by Seán Barrett, BA History Student
This scrapbook belonged to the Countess of Limerick, May Imelda Josephine Pery, née Irwin, the wife of William Pery, the 4th Earl of Limerick. The design of the scrapbook demonstrates the Countess’ priority in retaining mementoes of her social life; the book is of visibly sturdy construction, and bound in quality red leather, with Dromore Castle prominently imprinted on its inside cover, as if a title of a great novel. Along the bottom of the interior cover, gilded writing reveals that the piece was sold by A. Webster Compy. 60 Piccadilly. Their premises are situated in London’s West End, an area noted for its high-end merchants, indicating that the book was acquired and delivered from London, specifically for use as the scrapbook for recording the social visits and guests that Dromore Castle received.
The book measures 28 cm long by 38 cm wide and consists of 42 pages of various photographs, signatures and mementoes from other affluent members of society in this period. May Pery began the scrapbook in 1900 at the age of 32 to assist in recording and detailing the guests to her family’s home, Dromore castle. The scrapbook is an interesting and engrossing piece of material culture that provides valuable insight into the social circles of Ireland’s country houses at the turn of the century, before their gradual decline.
The keeping of high-end scrapbooks was a popular pastime for many affluent ladies in the nineteenth and twentieth centuries. Often packed with keepsake items such as cards, drawings, newspaper cuttings, and pictures that were cut out and arranged into a book that served as a record of the creator’s activities and recollections. Many fascinating blogs outlining the numerous scrapbooks preserved by various affluent families in Ireland can be found on this website. From a basic inspection of this scrapbook, the countess of Limerick encouraged visiting family and friends to contribute to it by providing photographs and souvenirs from their estates, and at the very least their signature.
Dromore Castle and the Pery Family
Although the Pery’s own country house was a distinctive building built with permanence in mind, this book becomes an incredibly relevant piece for Dromore Castle as it represents the final years before the end of the castle’s tenure as the Manor House and principal residence for the Pery family. It fell into disuse a decade later during the First World War, soon before the Countess’ only son and heir to Dromore Castle was killed in the closing months of the War at the age of 23.
1. In a way, this scrapbook becomes a chronicle of the final good years for Dromore Castle and the Countess’ family.
However, Dromore Castle was still in good condition and considered a relatively new structure in 1900, having been completed only 30 years before by May Pery’s father-in-law, the 3rd Earl of Limerick, in an Irish Gothic Revival style by E.W. Godwin. Dromore Castle’s Gothic architecture is unique in that it not only draws on Irish gothic structures, but after completion, the turrets, chimneys, and pointed turrets gave it the look of castles in Bavaria and the Rhine-Land. The unique and striking look of the house must have made the Countess of Limerick proud as it was a prominent backdrop for her family’s upbringing and position within society, possibly explaining why the scrapbook was kept in the first place, keeping track of all the guests she had at her impressive home.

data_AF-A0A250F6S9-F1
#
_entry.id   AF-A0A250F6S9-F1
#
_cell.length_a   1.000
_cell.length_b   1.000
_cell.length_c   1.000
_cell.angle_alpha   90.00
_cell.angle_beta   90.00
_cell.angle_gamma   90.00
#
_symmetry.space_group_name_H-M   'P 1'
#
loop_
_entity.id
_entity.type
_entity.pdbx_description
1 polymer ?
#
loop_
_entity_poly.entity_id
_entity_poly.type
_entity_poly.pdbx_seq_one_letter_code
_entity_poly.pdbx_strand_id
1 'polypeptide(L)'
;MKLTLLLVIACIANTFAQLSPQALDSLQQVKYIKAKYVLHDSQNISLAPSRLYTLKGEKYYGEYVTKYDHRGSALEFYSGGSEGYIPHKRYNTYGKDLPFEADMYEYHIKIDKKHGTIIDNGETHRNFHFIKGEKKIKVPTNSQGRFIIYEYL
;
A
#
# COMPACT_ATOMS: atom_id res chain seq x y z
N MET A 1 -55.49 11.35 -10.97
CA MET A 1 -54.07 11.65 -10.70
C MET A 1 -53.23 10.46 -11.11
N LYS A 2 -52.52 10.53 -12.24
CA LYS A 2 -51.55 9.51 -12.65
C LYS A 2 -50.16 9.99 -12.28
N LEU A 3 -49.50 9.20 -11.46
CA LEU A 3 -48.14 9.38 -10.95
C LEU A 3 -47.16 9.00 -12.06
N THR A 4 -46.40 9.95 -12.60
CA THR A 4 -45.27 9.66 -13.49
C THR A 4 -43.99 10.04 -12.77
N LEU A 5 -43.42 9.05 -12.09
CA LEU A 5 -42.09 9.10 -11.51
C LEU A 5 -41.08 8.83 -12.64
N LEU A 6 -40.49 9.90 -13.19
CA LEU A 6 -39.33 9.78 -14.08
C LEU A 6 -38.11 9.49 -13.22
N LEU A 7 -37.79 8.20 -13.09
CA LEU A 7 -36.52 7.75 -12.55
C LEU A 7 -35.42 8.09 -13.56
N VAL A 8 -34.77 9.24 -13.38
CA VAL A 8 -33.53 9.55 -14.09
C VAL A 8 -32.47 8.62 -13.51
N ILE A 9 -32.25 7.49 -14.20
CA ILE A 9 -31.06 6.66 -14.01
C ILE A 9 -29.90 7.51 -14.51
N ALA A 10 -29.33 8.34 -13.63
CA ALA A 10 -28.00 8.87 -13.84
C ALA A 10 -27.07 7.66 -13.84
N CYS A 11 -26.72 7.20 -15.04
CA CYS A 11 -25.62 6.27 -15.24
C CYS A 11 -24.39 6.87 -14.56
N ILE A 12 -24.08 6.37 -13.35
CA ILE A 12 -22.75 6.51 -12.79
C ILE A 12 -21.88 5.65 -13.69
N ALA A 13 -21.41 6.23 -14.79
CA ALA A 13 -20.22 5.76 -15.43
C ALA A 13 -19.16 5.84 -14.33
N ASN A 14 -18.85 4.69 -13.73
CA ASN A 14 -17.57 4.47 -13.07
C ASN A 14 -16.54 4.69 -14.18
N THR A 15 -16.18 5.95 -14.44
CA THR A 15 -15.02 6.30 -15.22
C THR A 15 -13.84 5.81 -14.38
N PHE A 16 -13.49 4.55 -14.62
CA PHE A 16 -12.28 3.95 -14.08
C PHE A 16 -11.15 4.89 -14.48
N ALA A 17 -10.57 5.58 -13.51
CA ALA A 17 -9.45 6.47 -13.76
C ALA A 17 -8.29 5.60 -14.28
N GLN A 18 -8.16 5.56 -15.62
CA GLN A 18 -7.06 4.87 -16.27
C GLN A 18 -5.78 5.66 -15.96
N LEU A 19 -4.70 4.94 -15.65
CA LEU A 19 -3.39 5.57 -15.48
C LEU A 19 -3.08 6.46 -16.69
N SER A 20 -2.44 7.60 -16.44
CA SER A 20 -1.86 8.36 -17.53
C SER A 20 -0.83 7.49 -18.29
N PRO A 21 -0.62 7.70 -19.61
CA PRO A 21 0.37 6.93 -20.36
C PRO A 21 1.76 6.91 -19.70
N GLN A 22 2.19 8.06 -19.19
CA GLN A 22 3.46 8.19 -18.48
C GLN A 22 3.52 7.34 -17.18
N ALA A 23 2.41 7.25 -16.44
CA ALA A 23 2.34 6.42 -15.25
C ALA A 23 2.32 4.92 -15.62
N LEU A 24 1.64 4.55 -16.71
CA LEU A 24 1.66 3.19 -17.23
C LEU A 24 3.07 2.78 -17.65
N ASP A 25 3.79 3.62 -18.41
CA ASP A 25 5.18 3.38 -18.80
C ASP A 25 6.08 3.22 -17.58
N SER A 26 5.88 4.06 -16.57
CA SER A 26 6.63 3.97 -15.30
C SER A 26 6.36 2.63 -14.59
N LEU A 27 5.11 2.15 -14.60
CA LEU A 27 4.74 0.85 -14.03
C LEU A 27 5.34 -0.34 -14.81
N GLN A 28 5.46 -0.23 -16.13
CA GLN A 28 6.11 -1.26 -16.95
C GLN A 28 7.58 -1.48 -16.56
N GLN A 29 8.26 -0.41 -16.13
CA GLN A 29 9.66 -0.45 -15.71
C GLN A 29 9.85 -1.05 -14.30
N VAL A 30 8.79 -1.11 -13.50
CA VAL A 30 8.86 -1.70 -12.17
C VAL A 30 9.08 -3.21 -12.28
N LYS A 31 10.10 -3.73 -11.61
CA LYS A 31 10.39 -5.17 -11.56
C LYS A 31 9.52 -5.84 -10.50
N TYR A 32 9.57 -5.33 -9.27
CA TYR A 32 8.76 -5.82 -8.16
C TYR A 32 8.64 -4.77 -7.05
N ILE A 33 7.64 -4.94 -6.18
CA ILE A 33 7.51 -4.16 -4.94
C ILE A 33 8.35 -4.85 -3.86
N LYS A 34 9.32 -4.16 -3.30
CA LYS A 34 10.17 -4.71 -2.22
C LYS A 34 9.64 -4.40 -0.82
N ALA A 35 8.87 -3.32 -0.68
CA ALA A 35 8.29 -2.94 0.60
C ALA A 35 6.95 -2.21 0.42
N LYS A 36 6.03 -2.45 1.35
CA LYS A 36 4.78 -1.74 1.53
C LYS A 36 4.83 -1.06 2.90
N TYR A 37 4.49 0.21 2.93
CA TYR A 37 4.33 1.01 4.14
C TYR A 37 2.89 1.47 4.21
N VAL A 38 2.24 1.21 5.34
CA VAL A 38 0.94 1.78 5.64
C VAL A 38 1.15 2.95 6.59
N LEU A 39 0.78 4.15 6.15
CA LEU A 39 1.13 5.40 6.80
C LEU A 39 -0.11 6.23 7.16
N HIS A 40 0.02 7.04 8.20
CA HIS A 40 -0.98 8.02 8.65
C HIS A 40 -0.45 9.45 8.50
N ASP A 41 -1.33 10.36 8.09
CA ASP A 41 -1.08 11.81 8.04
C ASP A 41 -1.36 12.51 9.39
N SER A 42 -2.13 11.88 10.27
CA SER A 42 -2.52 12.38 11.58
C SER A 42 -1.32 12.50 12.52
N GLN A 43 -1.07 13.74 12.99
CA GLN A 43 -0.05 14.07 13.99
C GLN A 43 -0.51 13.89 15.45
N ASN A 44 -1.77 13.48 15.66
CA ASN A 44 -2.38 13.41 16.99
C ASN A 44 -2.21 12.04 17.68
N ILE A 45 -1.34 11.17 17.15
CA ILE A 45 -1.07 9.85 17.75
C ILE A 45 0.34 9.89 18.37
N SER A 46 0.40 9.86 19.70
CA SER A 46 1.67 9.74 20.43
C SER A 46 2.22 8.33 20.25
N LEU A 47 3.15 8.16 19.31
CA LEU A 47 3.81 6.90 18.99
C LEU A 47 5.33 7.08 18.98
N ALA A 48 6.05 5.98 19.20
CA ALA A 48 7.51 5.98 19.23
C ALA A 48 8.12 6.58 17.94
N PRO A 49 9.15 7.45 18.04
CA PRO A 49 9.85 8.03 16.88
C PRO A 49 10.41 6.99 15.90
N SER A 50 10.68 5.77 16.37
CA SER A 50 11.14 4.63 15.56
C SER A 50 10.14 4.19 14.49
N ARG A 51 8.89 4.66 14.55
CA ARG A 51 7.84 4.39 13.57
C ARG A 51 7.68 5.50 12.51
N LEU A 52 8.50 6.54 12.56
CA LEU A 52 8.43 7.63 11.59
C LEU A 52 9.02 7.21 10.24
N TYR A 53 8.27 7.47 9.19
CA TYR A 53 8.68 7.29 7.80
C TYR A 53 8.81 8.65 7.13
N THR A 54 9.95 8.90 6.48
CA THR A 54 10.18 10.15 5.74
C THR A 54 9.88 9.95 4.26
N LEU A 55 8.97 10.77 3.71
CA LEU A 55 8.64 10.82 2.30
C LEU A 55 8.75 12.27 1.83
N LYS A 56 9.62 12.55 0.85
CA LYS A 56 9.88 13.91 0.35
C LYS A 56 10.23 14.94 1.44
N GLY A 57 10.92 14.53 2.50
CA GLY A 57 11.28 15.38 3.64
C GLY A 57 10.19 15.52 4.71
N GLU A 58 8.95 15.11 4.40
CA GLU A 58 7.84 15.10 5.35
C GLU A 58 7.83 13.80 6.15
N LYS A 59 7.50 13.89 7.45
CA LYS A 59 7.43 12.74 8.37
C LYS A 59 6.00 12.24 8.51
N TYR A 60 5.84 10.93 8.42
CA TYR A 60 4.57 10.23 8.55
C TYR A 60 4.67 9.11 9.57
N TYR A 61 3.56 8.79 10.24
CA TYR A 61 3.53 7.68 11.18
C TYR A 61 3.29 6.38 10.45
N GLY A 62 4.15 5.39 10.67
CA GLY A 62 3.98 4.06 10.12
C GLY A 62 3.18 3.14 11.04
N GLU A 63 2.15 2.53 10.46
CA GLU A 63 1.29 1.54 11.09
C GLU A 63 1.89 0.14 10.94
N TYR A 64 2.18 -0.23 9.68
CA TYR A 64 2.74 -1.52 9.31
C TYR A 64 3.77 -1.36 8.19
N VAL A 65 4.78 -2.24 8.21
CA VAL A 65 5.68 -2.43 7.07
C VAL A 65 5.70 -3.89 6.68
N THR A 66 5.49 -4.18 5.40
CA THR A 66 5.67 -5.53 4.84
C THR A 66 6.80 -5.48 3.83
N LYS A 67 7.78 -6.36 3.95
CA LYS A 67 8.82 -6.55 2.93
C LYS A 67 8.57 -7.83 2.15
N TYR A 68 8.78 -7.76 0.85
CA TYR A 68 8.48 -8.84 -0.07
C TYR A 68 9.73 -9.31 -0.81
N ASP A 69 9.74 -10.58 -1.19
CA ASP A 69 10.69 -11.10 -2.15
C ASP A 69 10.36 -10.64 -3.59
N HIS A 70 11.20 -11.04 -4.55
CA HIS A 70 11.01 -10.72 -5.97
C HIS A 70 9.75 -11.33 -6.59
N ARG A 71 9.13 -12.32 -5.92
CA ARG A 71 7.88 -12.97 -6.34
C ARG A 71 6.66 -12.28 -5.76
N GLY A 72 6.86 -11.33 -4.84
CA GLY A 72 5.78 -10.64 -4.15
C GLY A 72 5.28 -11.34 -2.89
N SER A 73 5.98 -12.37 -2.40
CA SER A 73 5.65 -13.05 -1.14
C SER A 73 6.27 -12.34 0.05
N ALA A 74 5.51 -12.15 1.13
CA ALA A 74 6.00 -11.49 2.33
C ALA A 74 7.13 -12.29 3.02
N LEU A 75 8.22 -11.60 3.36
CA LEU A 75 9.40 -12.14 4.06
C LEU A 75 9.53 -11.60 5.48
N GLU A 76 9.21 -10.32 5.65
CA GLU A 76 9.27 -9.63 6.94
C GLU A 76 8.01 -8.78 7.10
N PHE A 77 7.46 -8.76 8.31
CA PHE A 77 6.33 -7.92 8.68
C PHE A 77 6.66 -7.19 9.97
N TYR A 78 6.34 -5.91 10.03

The frequent visits of the Dunravens of Adare and the Family of the 27th Knight Glin are revealed by their constant recurrence within the pages of the scrapbook. The proximity of both families to Dromore Castle may explain their repeated visits, as they both lived no more than 20 kilometres from the estate. Nonetheless, it illustrates the intertwined relationships of Limerick’s multiple aristocratic families, with the three families mingling together, often filling many of the scrapbook’s pages with autographs and drawings from their respective homes. These trips by the 4th Lord of Dunraven can also be interpreted as a special social reprieve, as he presided over the arduous position of negotiating conciliatory reform for the 1902 land conference.
Visitors to Dromore Castle included not just fellow landed families, but also visitors from far distant lands and from varying different walks of life. A page contained within the album, for example, has signatures of Sheelagh Cornwallis-West a British socialite and the Aunt of Winston Churchill showcasing souvenirs from her visit to her sister Daisy, The Princess of Pless’s new home at Fürstenstein castle in the Prussian region of Silesia. Beautiful watercolour sketches of Fürstenstein castle may be seen, displaying not only the magnificence of the castle, which was built in a similar Bavarian style to Dromore Castle but also the abilities of the Pery’s honoured guests, and the various hobbies the prosperous members of society had time to hone.
Two other notable guests whose signatures appear within the scrapbook are Alexander Yorke, who was once the groom-in-waiting for Queen Victoria and Bertrand Russel a famous British intellectual and Nobel prize recipient. Although these mementoes and autographs were gathered to commemorate Dromore Castle’s prosperity and opulence, as well as the elite guests Lady May, Countess of Limerick, would have received, the country house itself would fall into ruin less than a century later. Even the significant history contained inside this book was only recovered in a second-hand shop years after the home was abandoned, almost lost to time like the house itself.
- Mortimer, Gavin, The first eagles: The Fearless American Aces who flew with the RAF in World War I (Minneapolis, MN, 2014), p. 127[↩]
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